Tag Archives: autumn

Story Trumps Everything

king-of-the-mountain

When is it OK not to see the eyes of your wildlife subject? When is it OK to photograph “butt shots?” When the story that the photograph tells is powerful enough to override just about every so called “rule” that you think you know in photography. Story is everything in our photographs. When it comes to selling photographs, story trumps all else. It trumps technical perfection. It trumps compositional rules. Story is what sells photographs. Technical perfection has never sold a photograph – ever. No buyer of fine art or editor of a magazine has ever stepped up to a photograph and thought to themselves, “wow. look at the technical quality of this image. Look there at the lack of noise. The exquisite perfection in focusing. And the exposure. Good God man, its perfect. I must have this!” No one in the history of buying photographs has ever thought any of that.

Photography is the art of capturing and telling stories.

So here we have a photograph of an elk bugling while facing away from us. Considering nothing more than the elk himself, this is all wrong. You can’t see the eye. The butt is the most prominent feature of the animal. He is looking the wrong way. But when the elk becomes part of the overall composition, all of this changes. From the perspective of the entire photograph, we have an elk perched atop a ridgeline high in the Rocky Mountains. He is bugling. Calling out across the mountains and valleys that roll off into a world impossibly larger than the bull can ever know exists. He is calling in would be challengers. He is luring in would be lovers. He is the king of the mountain. And he is the master of all that he sees.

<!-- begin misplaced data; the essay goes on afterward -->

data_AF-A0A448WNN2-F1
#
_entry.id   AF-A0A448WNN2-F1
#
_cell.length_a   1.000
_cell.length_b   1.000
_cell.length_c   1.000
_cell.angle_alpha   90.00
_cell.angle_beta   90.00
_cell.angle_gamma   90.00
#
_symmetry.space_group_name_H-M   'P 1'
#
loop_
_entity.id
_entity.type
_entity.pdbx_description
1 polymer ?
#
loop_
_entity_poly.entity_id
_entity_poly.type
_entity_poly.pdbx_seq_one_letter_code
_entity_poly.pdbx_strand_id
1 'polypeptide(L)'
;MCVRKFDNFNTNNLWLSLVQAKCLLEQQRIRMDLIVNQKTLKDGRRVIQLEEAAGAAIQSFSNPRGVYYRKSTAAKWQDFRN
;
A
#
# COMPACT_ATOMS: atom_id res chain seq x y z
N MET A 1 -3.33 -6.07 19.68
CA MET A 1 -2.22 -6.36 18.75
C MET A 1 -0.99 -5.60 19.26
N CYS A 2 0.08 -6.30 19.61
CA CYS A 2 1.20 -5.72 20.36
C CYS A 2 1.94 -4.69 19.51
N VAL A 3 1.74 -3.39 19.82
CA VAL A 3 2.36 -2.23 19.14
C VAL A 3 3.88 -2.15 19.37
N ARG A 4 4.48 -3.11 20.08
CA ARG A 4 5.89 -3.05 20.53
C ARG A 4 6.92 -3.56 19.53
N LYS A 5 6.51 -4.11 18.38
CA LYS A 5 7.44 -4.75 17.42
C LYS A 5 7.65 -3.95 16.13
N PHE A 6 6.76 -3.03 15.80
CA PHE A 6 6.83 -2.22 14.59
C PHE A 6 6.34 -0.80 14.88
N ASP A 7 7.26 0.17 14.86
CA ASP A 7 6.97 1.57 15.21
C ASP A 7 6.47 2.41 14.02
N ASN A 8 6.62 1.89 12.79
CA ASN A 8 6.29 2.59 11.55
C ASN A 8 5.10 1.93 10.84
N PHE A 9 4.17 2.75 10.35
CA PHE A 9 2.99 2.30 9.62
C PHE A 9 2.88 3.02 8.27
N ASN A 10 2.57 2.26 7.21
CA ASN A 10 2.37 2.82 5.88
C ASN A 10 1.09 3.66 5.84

This photograph is successful because of the story it tells. It is not simply the subject. It has nothing to do with the technical aspects of the image. As photographers, as visual artists, you have to begin to see beyond histograms and hyper focal distances. You have to begin to see in stories.

Posted in Technical Skills, The Inner Game of Outdoor Photography, Wildlife Photography Also tagged , , , , , , , |

Rut in the Tetons

moose-fall-tetons

With a chance of snow in the immediate forecast, the golden hues of aspen and narrow leaf cottonwoods lighting up the edges of the forest, the evening bugles of elk filling the air, and the moose, those lumbering giants of the river valleys battling it out for the hearts and minds of the ladies all across the valley, I can honestly say there is no place else I would rather be right now! This place is like Hotel California. You can check out any time you want, but you can never leave. Given that we made the monumental decision to pack up and move across the country to North Carolina in order to film a documentary, coming back out here two months later like this and experiencing everything that I love about this place in just one single day has me already looking trying to find a rental house to pack up and move back out here to.

 

Posted in Wildlife Photography Also tagged , , , , , , |